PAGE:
Debate Magazine

Star of Davida Interviews Mohelet Stacy Rubtchinsky

Posted on the 20 September 2011 by Starofdavida
Star of Davida Interviews Mohelet Stacy RubtchinskyThere has been debate in theJewish community since the time of the Egyptian enslavement as to whether ornot a woman can perform a brit milah(ritual circumcision). Most opinions believe that they can. In recent years,women have embraced the ability to perform the brit milah ceremony and become mohelot(female circumcisers). One such woman is Stacy Rubtchinsky,a Massachusettsmohelet who I had the honor ofinterviewing
Did you aspire to be a doctorwhen you were a child, or did you fall into it?  I have wanted to be a doctorsince I was a young child. Then, I went to college and did not like chemistryand did not like the competition in the pre-med classes, so I stopped beingpre-med and instead studied linguistics and cognitive sciences. I learned a lotof different languages and loved my studies. When I graduated, I taughtelementary school for two years and during that time, I remembered my passionfor medicine and so, I went back to school to finish those dreaded pre-med coursesand went to medical school. 
Why did you become a moheletBeing a mohelet is aperfect fit for me. I love being a doctor and have the skills to perform safe,quick circumcisions. I also love being Jewish and practicing the rituals andtraditions associated with our religion. On top of that, I love being aneducator. When I go into families homes, I am a Jewish ambassador who has theopportunity to teach them about the beauty of this ritual into their lives
Does your family - parents,husband, children - support you?  My parents and husband and fourchildren all love that I am a mohelet!
Do you find that being femaleadds or detracts from your role as mohelet? I find that the families who callme are not looking for the stereotypical Orthodox mohel. They arelooking for a modern, traditional, spiritual, painless ceremony andcircumcision and that is what I can bring them.  I think that being afemale adds to the spirituality and warmth of the ceremony. I think that beinga mother also adds to my credibility (I hear “If you could circumcise yourown twin boys, then I trust you to circumcise my son” all the time).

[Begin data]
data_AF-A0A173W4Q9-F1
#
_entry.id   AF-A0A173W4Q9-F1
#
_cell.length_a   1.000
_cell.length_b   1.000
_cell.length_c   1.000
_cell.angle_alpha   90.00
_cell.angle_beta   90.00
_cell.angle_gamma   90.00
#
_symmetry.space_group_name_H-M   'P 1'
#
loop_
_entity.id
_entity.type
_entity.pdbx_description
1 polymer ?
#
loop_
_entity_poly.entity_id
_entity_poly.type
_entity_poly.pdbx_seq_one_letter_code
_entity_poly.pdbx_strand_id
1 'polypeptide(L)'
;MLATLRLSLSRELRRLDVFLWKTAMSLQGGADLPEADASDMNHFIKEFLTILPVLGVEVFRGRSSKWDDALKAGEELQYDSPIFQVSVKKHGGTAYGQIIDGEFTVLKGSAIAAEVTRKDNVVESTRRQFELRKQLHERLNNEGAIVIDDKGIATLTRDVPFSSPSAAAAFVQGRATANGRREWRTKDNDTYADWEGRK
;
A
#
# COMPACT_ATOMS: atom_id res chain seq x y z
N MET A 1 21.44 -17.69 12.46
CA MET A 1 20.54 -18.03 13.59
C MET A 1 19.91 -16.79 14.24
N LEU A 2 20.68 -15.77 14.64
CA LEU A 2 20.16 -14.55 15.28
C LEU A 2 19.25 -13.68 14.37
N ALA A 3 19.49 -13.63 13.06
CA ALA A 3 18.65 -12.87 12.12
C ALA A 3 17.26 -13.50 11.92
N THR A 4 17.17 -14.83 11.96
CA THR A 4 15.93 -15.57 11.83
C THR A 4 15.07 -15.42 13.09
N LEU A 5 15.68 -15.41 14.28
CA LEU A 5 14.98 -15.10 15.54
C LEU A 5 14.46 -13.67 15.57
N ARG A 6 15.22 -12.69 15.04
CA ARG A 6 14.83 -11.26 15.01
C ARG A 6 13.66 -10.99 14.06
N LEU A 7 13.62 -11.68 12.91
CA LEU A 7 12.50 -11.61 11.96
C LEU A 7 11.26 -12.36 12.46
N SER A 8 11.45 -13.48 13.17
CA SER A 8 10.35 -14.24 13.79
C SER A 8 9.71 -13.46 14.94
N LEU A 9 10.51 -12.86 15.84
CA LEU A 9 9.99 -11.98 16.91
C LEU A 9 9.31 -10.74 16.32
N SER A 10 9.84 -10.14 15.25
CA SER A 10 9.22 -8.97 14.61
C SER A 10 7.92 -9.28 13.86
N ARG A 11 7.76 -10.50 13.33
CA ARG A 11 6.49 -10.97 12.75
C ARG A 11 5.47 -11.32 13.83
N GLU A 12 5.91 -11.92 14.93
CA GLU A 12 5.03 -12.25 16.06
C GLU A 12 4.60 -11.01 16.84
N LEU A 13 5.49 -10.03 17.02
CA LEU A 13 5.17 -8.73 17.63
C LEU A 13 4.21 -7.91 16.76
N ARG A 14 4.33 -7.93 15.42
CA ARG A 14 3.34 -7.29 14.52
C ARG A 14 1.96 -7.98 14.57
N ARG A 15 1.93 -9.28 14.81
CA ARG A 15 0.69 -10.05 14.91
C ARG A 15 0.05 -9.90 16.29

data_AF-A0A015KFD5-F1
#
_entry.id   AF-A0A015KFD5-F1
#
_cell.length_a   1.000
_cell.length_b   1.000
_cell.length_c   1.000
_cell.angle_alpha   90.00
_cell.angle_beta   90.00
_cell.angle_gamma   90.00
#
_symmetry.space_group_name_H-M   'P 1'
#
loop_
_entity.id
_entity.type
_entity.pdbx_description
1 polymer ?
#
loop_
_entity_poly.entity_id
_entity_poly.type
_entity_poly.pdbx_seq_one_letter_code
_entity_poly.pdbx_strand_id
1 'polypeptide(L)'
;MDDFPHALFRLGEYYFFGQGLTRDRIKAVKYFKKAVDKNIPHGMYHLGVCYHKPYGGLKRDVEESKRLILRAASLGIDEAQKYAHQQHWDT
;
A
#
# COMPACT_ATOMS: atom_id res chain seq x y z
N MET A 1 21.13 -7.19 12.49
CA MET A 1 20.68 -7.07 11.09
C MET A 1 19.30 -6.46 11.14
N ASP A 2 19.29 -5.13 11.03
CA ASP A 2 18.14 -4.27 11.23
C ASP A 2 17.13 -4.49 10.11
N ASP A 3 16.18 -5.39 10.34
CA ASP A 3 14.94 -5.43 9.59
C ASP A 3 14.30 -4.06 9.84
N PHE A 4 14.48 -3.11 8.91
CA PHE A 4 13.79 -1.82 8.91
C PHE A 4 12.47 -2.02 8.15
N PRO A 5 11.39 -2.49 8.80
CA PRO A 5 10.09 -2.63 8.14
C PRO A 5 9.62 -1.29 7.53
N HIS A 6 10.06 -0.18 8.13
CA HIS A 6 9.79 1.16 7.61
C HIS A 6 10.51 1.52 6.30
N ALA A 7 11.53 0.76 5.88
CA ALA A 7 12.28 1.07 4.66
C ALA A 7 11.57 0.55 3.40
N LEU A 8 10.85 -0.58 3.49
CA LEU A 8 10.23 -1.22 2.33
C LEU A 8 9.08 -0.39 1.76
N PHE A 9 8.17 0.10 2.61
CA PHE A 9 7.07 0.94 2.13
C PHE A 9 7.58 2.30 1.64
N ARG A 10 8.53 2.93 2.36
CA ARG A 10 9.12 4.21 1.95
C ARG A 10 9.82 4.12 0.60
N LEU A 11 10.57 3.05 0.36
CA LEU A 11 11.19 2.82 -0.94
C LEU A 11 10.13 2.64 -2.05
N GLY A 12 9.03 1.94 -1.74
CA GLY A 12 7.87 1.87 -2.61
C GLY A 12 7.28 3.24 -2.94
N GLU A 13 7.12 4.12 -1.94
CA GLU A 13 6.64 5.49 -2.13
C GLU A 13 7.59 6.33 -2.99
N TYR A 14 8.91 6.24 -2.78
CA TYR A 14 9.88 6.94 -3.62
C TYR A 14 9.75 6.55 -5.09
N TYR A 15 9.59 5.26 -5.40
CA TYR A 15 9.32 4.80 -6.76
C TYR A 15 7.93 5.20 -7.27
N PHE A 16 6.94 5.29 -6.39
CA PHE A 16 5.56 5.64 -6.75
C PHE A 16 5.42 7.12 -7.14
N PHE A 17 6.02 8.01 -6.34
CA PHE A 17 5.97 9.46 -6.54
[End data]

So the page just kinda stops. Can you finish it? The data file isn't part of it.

Do you have an opinion on howgirls should be welcomed in the Jewish community in a celebration parallel to abrit milah? Absolutely!  I have twodaughters and had beautiful ceremonies for each of them. I chose to have theirceremonies at Havdalah (the ceremonial separation between Sabbath and weekday), since it is a time of transition andrebirth of the week, just as a new soul in our world is a time of rebirth. Theceremonies are a time for a community to come together and welcome a child andexpress it’s hopes and dreams for the baby's future. It is a wonderful time ofcelebration!
What advice would you give toother women who want to follow your lead and pursue a position as mohelet?My advice to anyone who wants tobe a mohelet is to go to a lot of britot and learn what you wouldwant if the ceremony were your own. Then study with your rabbi/cantor/educatorand learn the halakha (Jewish law) behind brit milah. Mostimportantly, though, during the process of training and thereafter remember whyyou pursued this wondrous journey. If you do that, you will always hold on tothe passion that brought you to your dream!

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